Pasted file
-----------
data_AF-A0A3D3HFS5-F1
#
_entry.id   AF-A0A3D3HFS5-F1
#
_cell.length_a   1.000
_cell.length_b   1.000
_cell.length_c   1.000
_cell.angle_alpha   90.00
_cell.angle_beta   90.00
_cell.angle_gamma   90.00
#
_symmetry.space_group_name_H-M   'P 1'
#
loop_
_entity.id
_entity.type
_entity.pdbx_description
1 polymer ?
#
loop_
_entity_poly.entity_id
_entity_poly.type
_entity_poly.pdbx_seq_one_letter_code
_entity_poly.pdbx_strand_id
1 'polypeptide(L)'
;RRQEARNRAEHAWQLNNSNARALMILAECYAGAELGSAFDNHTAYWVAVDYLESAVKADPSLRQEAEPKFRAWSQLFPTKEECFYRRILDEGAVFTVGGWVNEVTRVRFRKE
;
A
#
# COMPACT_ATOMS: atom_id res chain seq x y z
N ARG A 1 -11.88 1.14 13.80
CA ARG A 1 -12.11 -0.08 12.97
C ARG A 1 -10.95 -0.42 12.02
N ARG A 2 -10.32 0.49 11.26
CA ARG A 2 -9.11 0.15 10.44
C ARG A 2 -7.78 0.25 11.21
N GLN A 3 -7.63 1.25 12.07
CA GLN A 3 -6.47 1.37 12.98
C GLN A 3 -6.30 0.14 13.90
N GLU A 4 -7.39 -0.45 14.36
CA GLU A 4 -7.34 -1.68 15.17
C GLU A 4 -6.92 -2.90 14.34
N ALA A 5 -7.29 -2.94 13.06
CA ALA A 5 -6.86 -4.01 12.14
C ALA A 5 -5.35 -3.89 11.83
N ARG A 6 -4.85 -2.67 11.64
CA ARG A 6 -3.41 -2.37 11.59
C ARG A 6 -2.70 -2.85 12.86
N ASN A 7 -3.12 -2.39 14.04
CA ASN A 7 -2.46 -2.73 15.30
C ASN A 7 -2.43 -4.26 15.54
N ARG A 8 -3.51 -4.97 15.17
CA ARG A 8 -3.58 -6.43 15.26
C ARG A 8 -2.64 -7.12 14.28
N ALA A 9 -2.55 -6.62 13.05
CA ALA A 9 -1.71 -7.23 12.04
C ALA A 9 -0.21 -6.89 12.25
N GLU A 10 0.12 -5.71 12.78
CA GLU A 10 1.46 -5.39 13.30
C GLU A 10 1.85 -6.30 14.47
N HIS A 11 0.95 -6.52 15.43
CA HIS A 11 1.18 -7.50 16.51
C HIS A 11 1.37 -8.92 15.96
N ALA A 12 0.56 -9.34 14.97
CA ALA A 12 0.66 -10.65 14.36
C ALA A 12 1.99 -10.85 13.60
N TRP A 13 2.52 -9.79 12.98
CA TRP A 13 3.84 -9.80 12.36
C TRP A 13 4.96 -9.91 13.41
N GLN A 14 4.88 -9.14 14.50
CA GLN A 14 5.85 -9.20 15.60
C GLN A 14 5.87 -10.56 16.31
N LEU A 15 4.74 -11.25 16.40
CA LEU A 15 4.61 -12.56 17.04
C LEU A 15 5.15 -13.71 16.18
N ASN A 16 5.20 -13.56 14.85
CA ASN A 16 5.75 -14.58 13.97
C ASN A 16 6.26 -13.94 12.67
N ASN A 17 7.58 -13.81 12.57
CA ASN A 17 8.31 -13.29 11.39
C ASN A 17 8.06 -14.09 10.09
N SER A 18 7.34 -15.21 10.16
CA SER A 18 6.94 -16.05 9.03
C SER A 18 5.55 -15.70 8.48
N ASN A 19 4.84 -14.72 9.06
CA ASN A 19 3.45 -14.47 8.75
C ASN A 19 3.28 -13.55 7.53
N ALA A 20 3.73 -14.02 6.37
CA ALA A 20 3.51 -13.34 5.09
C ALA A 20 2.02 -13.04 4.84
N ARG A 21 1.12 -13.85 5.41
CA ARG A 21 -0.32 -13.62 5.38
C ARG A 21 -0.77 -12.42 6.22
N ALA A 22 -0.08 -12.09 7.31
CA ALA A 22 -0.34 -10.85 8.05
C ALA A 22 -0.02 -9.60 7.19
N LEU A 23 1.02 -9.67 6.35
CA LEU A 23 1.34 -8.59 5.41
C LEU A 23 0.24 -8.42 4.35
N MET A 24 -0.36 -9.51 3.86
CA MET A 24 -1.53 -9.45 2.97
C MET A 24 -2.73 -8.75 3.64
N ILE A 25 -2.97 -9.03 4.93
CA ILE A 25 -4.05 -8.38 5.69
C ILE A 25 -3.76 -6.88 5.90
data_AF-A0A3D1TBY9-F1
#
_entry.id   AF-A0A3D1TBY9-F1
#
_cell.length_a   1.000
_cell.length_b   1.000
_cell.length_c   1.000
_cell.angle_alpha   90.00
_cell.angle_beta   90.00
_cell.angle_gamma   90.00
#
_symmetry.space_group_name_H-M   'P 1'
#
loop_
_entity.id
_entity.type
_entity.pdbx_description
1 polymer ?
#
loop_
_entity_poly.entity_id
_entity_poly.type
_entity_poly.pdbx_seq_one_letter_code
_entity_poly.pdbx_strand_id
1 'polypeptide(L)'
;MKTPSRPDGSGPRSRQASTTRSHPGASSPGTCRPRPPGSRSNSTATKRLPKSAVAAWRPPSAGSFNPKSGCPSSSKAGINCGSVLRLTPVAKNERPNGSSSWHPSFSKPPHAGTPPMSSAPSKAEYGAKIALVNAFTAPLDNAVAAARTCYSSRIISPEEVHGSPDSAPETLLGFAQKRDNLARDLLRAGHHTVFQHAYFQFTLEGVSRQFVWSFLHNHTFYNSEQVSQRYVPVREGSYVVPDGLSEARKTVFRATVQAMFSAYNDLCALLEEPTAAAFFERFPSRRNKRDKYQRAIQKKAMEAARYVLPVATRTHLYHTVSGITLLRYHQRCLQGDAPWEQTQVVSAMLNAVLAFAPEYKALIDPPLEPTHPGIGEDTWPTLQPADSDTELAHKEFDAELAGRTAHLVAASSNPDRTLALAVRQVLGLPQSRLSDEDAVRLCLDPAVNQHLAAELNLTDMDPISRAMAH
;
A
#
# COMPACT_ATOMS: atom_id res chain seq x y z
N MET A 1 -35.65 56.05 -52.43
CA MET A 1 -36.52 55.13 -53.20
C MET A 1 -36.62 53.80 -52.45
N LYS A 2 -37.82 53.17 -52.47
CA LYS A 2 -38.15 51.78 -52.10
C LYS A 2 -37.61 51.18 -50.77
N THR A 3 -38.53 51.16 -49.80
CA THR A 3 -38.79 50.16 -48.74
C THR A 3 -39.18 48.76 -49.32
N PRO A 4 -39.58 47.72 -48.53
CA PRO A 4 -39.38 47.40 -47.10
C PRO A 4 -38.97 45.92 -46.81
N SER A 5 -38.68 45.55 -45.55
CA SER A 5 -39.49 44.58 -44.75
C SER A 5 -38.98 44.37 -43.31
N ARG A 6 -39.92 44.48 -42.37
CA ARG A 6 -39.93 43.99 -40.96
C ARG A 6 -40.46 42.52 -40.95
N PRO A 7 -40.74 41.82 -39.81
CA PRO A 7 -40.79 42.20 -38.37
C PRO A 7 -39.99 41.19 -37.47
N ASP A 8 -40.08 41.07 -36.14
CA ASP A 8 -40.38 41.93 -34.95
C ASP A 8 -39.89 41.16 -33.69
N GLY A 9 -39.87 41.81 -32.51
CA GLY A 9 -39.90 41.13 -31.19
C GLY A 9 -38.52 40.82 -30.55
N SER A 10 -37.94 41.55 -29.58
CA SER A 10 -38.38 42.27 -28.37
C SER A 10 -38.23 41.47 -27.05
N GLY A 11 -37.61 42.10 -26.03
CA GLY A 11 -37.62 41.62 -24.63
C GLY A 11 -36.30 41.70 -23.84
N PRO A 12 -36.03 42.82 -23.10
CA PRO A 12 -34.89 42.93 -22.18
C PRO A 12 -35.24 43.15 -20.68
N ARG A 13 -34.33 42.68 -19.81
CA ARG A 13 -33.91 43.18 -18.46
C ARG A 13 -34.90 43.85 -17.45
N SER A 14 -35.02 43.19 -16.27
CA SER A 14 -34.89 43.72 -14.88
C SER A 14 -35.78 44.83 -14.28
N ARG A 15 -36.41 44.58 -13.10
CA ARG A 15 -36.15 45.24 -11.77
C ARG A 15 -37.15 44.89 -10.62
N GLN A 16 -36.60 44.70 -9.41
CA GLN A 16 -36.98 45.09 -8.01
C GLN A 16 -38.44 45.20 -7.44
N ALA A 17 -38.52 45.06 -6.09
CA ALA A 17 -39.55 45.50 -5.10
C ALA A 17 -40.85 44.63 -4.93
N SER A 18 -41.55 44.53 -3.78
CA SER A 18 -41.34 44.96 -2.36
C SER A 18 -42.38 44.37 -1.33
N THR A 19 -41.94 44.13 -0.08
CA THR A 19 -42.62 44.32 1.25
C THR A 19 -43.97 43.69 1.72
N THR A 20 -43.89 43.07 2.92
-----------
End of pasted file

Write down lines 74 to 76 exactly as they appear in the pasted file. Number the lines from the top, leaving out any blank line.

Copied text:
CA LEU A 15 4.61 -12.56 17.04
C LEU A 15 5.15 -13.71 16.18
N ASN A 16 5.20 -13.56 14.85